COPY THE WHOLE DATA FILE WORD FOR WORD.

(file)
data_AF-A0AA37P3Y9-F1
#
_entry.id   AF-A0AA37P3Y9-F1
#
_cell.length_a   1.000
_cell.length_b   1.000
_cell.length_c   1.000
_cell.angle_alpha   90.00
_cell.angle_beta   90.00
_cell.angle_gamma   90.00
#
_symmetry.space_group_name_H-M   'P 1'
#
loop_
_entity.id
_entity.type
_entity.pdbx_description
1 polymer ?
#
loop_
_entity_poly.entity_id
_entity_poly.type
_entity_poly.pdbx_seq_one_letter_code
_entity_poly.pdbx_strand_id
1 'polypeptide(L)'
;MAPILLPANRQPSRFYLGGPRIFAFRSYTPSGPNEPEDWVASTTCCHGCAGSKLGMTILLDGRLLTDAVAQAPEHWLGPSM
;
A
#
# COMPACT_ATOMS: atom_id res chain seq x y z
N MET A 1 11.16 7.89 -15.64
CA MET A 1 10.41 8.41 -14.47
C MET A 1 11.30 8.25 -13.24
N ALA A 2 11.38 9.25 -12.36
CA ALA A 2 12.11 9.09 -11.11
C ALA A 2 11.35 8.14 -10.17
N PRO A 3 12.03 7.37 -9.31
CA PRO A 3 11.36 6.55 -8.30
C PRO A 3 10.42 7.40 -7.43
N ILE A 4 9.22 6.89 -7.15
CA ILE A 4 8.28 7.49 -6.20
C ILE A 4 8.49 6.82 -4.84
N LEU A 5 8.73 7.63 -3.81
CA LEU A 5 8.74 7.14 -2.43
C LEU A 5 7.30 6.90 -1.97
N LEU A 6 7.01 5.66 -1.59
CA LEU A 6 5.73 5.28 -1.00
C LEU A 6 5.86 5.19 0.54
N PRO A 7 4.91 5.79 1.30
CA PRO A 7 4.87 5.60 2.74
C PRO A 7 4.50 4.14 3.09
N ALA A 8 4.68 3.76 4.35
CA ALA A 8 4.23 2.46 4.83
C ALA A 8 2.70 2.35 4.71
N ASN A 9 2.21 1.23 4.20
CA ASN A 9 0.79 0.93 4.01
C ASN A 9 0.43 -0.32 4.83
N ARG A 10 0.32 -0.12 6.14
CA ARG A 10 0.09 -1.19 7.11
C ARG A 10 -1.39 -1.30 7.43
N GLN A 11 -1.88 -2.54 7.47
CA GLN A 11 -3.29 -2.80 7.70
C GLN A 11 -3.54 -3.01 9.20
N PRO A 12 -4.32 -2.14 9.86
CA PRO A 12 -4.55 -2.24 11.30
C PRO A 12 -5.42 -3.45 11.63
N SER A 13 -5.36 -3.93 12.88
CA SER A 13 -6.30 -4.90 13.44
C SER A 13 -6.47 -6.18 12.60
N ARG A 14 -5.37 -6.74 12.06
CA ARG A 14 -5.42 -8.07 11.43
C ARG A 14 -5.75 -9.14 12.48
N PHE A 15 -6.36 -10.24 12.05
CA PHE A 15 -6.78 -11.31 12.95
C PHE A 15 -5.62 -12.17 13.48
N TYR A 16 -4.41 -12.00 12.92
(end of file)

data_AF-A0AA37P3Y9-F1
#
_entry.id   AF-A0AA37P3Y9-F1
#
_cell.length_a   1.000
_cell.length_b   1.000
_cell.length_c   1.000
_cell.angle_alpha   90.00
_cell.angle_beta   90.00
_cell.angle_gamma   90.00
#
_symmetry.space_group_name_H-M   'P 1'
#
loop_
_entity.id
_entity.type
_entity.pdbx_description
1 polymer ?
#
loop_
_entity_poly.entity_id
_entity_poly.type
_entity_poly.pdbx_seq_one_letter_code
_entity_poly.pdbx_strand_id
1 'polypeptide(L)'
;MAPILLPANRQPSRFYLGGPRIFAFRSYTPSGPNEPEDWVASTTCCHGCAGSKLGMTILLDGRLLTDAVAQAPEHWLGPSM
;
A
#
# COMPACT_ATOMS: atom_id res chain seq x y z
N MET A 1 11.16 7.89 -15.64
CA MET A 1 10.41 8.41 -14.47
C MET A 1 11.30 8.25 -13.24
N ALA A 2 11.38 9.25 -12.36
CA ALA A 2 12.11 9.09 -11.11
C ALA A 2 11.35 8.14 -10.17
N PRO A 3 12.03 7.37 -9.31
CA PRO A 3 11.36 6.55 -8.30
C PRO A 3 10.42 7.40 -7.43
N ILE A 4 9.22 6.89 -7.15
CA ILE A 4 8.28 7.49 -6.20
C ILE A 4 8.49 6.82 -4.84
N LEU A 5 8.73 7.63 -3.81
CA LEU A 5 8.74 7.14 -2.43
C LEU A 5 7.30 6.90 -1.97
N LEU A 6 7.01 5.66 -1.59
CA LEU A 6 5.73 5.28 -1.00
C LEU A 6 5.86 5.19 0.54
N PRO A 7 4.91 5.79 1.30
CA PRO A 7 4.87 5.60 2.74
C PRO A 7 4.50 4.14 3.09
N ALA A 8 4.68 3.76 4.35
CA ALA A 8 4.23 2.46 4.83
C ALA A 8 2.70 2.35 4.71
N ASN A 9 2.21 1.23 4.20
CA ASN A 9 0.79 0.93 4.01
C ASN A 9 0.43 -0.32 4.83
N ARG A 10 0.32 -0.12 6.14
CA ARG A 10 0.09 -1.19 7.11
C ARG A 10 -1.39 -1.30 7.43
N GLN A 11 -1.88 -2.54 7.47
CA GLN A 11 -3.29 -2.80 7.70
C GLN A 11 -3.54 -3.01 9.20
N PRO A 12 -4.32 -2.14 9.86
CA PRO A 12 -4.55 -2.24 11.30
C PRO A 12 -5.42 -3.45 11.63
N SER A 13 -5.36 -3.93 12.88
CA SER A 13 -6.30 -4.90 13.44
C SER A 13 -6.47 -6.18 12.60
N ARG A 14 -5.37 -6.74 12.06
CA ARG A 14 -5.42 -8.07 11.43
C ARG A 14 -5.75 -9.14 12.48
N PHE A 15 -6.36 -10.24 12.05
CA PHE A 15 -6.78 -11.31 12.95
C PHE A 15 -5.62 -12.17 13.48
N TYR A 16 -4.41 -12.00 12.92